Awaking magically unscathed, I headed across town to the apartment of my couch surfing host. If you haven’t heard of it, couchsurfing.org is a website that connects people around the world who need or can offer places to stay. It’s a sort of cross between Internet dating and the Come Dine With Me rip-off, Four In A Bed. People open their houses to each other in exchange for stories, friendship or nothing at all. Trust and kindness are the basic principles. My host lived just behind the Royal Palace, in the leafy, western side of Oslo, below the main shopping district of Majorstuen. Her apartment was a bliss of cleanliness, high-ceilings and hospitality. She was a wonderfully maternal mix of enthusiasm and propriety. Why does anyone ever stay in a hostel?

That night we went out for dinner with some of my host’s friends to the terrifyingly-named ‘Curry + Ketchup’ – one of the cheapest sit-down restaurants in Oslo. Inside, bags of rice and cooking paraphernalia fill every wall and ceiling, creating a genuine atmosphere that defied the name. And the food was good! Huge garlic naans and bowls of rice accompanied curries that were neither painfully hot nor drowning in oil. For around 100 kroner (about £12) per dish, it was only ‘budget’ in Oslo terms, but it was a lot more satisfying than the rolls of rye-bread I had been eating.

When beer costs more than the meal, all cravings for alcohol-induced entertainment evaporate. Instead, we walked down to the Vigeland Sculpture Park. Here, hundreds of brass and bronze humans line the pathways leading up to a fourteen metre high monolith of tangled stone people. It is a universe away from the sculpted impossibility of ancient Greece or Rome. The pot-bellies, love and violence of authentic human bodies is entrancing, invoking every minor human emotion from stamping childhood through battling adolescence to heart-breaking old-age. The statues were designed and orchestrated by Gustav Vigeland in the first half of the twentieth century.

Baker Hansen BreakfastBaker Hansen breakfast

On my last day in Oslo I discovered the wonder of the (oldest) Norwegian chain, Baker Hansen. The sandwiches are boulangerie standard, but the prices are not ridiculous. I got a ‘Gronscon’ for breakfast, which was like the pinnacle of all the best muesli I’d ever had baked into one, hamburger-sized scone. Another brilliant discovery was the secondhand shop Uff -– one behind the cathedral on Storgata and the other just beyond the train station. Clothes and shoes from every era (including an incredible collection of traditional fjord cardigans) were crammed into rooms the size of a small supermarket, with prices surprisingly less extortionate than London.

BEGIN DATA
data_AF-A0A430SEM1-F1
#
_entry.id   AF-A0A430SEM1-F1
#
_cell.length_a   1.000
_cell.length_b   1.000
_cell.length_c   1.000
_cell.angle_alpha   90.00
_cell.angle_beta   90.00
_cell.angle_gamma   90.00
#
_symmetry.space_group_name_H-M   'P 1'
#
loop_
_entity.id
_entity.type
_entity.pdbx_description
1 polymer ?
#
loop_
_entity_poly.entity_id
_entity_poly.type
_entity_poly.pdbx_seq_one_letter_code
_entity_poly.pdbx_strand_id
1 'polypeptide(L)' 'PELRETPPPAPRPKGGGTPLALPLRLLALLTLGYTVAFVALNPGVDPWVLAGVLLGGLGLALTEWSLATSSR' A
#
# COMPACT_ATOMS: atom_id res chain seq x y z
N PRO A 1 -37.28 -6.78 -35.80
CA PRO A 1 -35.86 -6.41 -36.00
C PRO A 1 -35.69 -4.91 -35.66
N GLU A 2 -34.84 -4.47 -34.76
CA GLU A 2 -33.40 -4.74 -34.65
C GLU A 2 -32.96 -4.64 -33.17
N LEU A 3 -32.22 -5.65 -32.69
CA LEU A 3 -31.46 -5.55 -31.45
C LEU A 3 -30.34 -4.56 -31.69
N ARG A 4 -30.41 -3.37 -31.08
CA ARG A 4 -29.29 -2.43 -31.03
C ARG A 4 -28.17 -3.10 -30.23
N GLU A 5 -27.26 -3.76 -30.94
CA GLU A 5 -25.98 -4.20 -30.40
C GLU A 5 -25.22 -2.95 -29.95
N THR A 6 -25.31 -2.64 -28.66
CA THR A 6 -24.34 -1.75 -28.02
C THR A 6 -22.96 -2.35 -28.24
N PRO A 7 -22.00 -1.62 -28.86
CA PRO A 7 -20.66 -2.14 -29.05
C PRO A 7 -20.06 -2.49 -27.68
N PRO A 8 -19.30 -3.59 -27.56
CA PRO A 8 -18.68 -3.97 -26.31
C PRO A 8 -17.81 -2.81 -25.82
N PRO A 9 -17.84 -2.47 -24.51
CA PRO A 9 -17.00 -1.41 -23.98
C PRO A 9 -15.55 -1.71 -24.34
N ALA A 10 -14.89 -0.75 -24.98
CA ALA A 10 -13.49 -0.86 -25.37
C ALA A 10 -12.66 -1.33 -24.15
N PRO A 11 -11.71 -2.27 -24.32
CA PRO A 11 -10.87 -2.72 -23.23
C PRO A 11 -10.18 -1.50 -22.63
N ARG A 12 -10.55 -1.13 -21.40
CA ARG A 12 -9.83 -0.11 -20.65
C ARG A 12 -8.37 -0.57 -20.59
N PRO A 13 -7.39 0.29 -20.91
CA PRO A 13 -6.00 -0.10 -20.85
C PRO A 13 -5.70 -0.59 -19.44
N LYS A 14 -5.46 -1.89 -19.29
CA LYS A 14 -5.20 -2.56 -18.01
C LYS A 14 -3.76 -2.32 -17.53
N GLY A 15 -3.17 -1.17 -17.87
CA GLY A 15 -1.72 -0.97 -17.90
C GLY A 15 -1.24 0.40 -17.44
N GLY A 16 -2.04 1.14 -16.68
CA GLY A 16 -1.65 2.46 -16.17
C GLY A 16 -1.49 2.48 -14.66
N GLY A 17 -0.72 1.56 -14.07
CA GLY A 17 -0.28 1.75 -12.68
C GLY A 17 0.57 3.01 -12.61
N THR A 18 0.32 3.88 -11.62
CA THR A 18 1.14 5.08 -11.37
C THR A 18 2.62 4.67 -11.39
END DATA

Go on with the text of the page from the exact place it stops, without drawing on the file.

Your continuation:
Uff Secondhand ShopUff secondhand shop

Next door to the Storgata Uff is Oslo’s DNT shop. This is the main office of the Norwegian Trekking association, where I spent the afternoon examining maps and planning the next part of my trip. In the morning I had a train ticket to Geilo, a city halfway between Oslo and Bergen. From there I figured out a 89km route around the Jokulen glacier, ending in Finse where another train would bring me back. Telling the shop assistant I intended to walk alone, I was met with bemused concern. Rule number seven of the Norwegian mountain code is “Don’t go solo”. “Have you done this before?” he asked. “Yep,” I lied. He raised his eyebrows and wished me luck and I tried my best to look a tiny bit tough. But ‘solo’ is an abstract term to a Londoner. It would take three days and a furious mountain before I understood what that rule meant. 


Flights – London Stansted to Oslo Rygge, £32 return with Ryanair

Anker Hostel - £23 pppn  www.ankerhostel.no

Fru Hagen - Thorvald Meyers gate 40, www.fruhagen.no

Couch-surfing www.couchsurfing.org

Curry + Ketchup - Kirkeveien 51

Vigeland Sculpture Park

Baker Hansen - Grensen 17 www.bakerhansen.no

Uff - Storgata 1 and Jernbanetorget 2 www.uffnorge.org

DNT office - Storgata 3 www.dntoslo.no